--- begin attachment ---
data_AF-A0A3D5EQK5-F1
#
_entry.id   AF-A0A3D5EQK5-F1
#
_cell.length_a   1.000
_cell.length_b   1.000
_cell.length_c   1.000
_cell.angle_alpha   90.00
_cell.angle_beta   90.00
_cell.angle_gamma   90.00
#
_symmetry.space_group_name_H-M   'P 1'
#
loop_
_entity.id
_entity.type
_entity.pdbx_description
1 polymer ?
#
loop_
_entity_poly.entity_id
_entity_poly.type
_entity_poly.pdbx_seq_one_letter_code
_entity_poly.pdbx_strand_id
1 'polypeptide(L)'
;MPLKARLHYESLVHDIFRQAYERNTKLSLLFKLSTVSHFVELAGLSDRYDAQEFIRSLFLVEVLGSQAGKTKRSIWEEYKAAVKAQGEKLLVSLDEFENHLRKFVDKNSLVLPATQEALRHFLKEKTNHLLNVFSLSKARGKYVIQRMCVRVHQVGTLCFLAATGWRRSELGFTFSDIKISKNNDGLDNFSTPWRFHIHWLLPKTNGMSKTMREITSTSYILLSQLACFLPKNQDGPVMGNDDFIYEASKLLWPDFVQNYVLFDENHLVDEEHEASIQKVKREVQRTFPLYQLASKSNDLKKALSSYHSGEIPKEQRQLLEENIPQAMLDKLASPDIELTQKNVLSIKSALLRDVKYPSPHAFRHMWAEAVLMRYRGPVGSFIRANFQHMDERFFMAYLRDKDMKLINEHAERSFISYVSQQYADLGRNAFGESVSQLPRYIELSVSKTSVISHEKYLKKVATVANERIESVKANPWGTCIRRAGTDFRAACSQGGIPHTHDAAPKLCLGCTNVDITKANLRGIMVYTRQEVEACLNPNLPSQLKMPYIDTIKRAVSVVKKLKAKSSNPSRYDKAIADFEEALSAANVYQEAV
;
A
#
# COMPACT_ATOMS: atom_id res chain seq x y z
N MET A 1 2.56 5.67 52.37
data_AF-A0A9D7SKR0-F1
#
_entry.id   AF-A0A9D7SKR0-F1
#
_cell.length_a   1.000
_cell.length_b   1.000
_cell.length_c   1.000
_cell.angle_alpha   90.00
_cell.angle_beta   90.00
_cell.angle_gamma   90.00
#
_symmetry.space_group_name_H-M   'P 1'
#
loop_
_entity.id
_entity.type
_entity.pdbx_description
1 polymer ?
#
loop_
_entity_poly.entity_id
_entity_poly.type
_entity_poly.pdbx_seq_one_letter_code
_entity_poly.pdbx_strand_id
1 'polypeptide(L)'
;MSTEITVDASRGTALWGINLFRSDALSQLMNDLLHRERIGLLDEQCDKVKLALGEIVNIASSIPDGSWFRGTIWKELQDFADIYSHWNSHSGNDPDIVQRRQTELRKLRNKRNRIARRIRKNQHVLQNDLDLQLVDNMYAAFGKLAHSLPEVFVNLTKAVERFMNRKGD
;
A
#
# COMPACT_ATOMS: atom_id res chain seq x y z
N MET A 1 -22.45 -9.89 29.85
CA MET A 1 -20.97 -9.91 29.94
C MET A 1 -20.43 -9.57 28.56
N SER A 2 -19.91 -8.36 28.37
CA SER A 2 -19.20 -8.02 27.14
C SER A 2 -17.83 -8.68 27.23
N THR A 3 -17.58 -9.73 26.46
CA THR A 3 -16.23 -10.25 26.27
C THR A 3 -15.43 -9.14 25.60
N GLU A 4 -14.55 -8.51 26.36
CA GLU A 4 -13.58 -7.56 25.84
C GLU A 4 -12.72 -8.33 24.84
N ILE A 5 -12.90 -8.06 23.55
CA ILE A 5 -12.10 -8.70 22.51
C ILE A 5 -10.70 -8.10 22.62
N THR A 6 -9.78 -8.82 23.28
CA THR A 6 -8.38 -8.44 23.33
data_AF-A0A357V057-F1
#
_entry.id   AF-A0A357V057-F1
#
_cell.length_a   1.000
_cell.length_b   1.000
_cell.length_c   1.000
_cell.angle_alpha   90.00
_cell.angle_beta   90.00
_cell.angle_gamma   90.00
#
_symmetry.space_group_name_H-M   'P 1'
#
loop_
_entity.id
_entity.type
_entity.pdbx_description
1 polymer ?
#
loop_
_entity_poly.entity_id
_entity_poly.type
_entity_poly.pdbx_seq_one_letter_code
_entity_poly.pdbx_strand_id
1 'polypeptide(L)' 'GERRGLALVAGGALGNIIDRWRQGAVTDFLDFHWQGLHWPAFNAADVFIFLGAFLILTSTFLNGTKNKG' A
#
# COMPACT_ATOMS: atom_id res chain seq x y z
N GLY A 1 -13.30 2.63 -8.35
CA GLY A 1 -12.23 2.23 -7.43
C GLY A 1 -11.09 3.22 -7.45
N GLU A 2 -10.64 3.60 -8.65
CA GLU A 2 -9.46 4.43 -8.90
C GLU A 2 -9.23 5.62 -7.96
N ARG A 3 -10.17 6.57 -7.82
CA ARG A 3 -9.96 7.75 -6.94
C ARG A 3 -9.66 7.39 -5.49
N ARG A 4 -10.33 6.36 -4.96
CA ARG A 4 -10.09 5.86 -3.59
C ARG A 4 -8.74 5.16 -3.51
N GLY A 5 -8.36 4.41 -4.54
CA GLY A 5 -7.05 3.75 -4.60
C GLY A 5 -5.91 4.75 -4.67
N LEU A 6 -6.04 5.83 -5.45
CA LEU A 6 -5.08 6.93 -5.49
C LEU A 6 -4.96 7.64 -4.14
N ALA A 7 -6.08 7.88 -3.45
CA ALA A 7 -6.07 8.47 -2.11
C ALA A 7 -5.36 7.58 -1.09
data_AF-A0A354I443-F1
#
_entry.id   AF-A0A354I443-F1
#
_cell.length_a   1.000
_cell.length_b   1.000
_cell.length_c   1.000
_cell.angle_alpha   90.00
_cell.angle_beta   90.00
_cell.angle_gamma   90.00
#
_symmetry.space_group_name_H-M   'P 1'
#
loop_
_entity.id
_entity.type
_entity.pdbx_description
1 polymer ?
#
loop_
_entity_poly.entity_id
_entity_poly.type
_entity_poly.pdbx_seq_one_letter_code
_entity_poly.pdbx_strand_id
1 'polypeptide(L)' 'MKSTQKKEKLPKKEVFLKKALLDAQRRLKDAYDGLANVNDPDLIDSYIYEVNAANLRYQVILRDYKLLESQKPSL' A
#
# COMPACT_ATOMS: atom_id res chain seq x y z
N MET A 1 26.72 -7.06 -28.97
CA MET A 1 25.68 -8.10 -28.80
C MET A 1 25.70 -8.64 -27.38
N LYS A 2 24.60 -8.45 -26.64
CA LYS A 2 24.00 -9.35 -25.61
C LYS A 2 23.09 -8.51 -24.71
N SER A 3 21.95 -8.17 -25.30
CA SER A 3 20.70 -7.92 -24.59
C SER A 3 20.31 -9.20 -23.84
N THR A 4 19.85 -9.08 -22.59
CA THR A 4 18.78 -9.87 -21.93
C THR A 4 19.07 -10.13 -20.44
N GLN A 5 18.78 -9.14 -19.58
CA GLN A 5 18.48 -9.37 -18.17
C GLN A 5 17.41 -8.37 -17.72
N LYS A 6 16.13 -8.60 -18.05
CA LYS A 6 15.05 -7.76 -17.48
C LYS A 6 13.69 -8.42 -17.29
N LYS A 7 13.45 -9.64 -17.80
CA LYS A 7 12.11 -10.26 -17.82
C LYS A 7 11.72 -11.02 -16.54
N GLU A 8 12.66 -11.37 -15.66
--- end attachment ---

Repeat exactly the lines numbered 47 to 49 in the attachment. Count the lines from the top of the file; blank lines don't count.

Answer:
_entity.type
_entity.pdbx_description
1 polymer ?